Travel Journal — Smokey Mountain September 4, 2019 – Posted in: News, Photos

Words by Gabe Fisher

Photos by Dru Kennedy, Ian Burns, Alex Henniffent, & Sean Genovese

Growing up in Newfoundland, I’d always heard about a rumoured ski hill in Labrador called Smokey Mountain. Friends and I had often spoke about making the nearly 2000 kilometer trip up there from the rock (the island of Newfoundland), but things had never seemed to really line up. Relatively speaking, Labrador isn’t all that far from where I’m based at — but the travel options available were either a 24-hour drive and a ferry ride, or a costly flight (which you could fly to BC for less for). Located in Canada’s North East and riding the Quebec border, Smokey Mountain boasts a tremendous annual snowfall that extends their season way beyond any other Atlantic province. Needless to say, I was stoked to receive a call from Alex at VOLTFUSE inviting me to join him and a film crew up at Smokey to be apart of their cross-country #BiggestLittleHill tour.

After leaving my hometown of Port Rexton and catching four separate one-hour flights in a tiny Dash-8 plane, I was met at the airport in Labrador City by Toby Leon, Smokey’s volunteer president. I got a quick rundown of the town and mountain on the short drive from the airport. With a current population of around 10,000 people, mining has been the town’s mainstay since the Iron Ore Company of Canada (IOC) first set up shop there in the 1960’s. Smokey itself was originally a parcel of land to be mined but someone from the IOC had the foresight to cancel the mining and develop the ski hill. A recent $16M investment into the ski club from the IOC has also created an attractive amenity for families involved with workers at the mine. Most everyone you meet in Labrador City is an employee of IOC or some other spinoff business.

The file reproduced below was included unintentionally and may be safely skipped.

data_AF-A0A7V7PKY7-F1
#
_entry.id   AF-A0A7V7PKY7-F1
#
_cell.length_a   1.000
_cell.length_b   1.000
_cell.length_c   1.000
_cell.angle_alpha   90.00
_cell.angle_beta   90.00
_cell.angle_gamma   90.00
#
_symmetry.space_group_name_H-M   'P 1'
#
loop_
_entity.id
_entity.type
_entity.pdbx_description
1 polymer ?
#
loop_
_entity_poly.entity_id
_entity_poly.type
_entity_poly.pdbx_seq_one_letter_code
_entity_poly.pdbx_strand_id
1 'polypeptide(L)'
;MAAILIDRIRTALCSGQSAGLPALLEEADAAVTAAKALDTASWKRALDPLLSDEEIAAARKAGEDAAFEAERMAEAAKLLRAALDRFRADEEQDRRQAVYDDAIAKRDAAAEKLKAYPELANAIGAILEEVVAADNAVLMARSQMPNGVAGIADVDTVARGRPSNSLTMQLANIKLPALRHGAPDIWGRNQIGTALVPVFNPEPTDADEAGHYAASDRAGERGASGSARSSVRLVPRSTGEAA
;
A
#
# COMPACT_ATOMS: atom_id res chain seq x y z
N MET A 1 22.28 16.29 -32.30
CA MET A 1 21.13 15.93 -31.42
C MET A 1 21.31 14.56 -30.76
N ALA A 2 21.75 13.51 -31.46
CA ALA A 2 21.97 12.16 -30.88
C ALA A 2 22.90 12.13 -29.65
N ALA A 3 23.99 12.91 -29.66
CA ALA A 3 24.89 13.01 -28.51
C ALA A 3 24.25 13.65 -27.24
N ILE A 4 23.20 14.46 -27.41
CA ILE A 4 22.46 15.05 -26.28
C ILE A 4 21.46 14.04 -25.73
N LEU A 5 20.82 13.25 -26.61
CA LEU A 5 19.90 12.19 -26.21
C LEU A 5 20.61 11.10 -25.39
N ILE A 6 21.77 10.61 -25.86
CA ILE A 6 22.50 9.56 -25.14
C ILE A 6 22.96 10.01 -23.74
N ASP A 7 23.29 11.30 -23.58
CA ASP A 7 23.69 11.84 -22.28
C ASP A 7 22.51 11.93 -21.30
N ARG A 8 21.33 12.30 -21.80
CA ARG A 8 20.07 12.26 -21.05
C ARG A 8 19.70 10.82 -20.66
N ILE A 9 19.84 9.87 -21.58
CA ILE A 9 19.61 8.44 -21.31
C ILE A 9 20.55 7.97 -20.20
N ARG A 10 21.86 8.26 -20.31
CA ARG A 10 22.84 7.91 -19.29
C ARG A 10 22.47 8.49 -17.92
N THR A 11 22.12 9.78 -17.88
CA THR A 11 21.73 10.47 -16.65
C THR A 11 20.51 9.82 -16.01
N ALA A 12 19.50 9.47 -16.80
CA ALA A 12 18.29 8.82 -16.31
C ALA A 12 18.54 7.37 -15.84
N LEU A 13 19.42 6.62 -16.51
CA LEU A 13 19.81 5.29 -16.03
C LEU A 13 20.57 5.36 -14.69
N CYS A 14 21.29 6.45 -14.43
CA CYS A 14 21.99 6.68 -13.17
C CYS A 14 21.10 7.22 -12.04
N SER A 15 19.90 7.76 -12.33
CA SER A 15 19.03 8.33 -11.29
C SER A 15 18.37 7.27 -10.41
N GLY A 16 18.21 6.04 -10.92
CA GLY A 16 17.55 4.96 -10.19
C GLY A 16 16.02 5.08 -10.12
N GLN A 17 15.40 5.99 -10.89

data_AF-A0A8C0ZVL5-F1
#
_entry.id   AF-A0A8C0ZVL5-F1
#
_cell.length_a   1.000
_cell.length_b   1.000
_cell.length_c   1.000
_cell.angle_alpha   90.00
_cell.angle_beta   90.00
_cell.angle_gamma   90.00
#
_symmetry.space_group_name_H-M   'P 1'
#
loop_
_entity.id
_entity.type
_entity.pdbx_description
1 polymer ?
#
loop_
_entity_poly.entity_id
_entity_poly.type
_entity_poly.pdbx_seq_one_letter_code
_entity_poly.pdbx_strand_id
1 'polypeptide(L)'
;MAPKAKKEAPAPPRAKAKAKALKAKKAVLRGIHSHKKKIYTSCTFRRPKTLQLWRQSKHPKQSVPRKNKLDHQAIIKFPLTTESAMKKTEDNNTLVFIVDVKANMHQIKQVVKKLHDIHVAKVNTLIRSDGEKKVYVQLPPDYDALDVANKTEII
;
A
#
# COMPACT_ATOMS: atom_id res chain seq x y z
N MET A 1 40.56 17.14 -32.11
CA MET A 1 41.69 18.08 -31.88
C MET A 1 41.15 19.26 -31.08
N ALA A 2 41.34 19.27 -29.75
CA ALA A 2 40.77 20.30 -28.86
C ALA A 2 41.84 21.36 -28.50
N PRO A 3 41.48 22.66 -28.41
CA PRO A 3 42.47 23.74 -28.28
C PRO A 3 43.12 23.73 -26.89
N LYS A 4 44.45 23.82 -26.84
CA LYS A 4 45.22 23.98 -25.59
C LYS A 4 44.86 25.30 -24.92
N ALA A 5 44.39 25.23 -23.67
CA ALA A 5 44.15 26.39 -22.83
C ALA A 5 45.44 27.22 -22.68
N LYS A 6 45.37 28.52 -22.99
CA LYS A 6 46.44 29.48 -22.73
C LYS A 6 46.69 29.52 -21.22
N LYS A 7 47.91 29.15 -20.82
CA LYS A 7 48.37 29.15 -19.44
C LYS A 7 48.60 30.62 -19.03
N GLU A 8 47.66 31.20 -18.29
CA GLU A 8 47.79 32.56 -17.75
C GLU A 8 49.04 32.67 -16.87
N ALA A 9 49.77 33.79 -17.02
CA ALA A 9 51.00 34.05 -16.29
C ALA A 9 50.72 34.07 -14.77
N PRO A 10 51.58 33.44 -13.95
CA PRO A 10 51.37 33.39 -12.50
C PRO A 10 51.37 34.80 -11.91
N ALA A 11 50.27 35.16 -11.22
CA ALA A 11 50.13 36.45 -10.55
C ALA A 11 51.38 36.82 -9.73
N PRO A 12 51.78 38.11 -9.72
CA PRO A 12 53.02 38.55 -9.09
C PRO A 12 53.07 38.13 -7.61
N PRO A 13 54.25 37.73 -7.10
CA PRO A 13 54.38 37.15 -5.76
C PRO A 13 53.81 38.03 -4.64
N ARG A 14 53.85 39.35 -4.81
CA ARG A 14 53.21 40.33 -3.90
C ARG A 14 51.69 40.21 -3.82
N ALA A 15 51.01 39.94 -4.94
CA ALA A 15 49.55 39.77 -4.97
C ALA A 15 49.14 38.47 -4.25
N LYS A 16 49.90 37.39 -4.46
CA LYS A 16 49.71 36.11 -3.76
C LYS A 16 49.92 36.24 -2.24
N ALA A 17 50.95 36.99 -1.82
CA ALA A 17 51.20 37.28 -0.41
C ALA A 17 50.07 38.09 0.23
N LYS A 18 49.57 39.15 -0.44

Smokey Mountain

After a short boot-pack, Smokey offers some impressive alpine terrain.

It was mid-April when we arrived, so I was completely shocked to see the nearly 20-foot snow banks lining the drive up to the base of the mountain. Toby informed me that with Smokey’s ski season starting in November and ending in May, European skiers visit the mountain in the fall and spring to extend their Nordic season, some of which training for the Olympics. The average annual snowfall at Smokey is roughly three meters. They have twenty runs, a new quad, two poma lifts and a magic carpet — impressive for a town of this size.

As we pulled up to the lodge, I could tell that the place had good bones. The bar (aka home base) had a couch, chair, fireplace, and photos on the mantle that lent the feeling of a family living room. A sign over the bar read “Toby’s Place,” and old newspaper clippings posted on the wall reflected back on a strong ski-race scene. It was also cool to see some solid photos of rippers from the late 90’s. The main portion of the lodge had a huge communal open grill in the corner that attracted families each Thursday to cook their own meat. There were kids running around everywhere, it was a real family affair.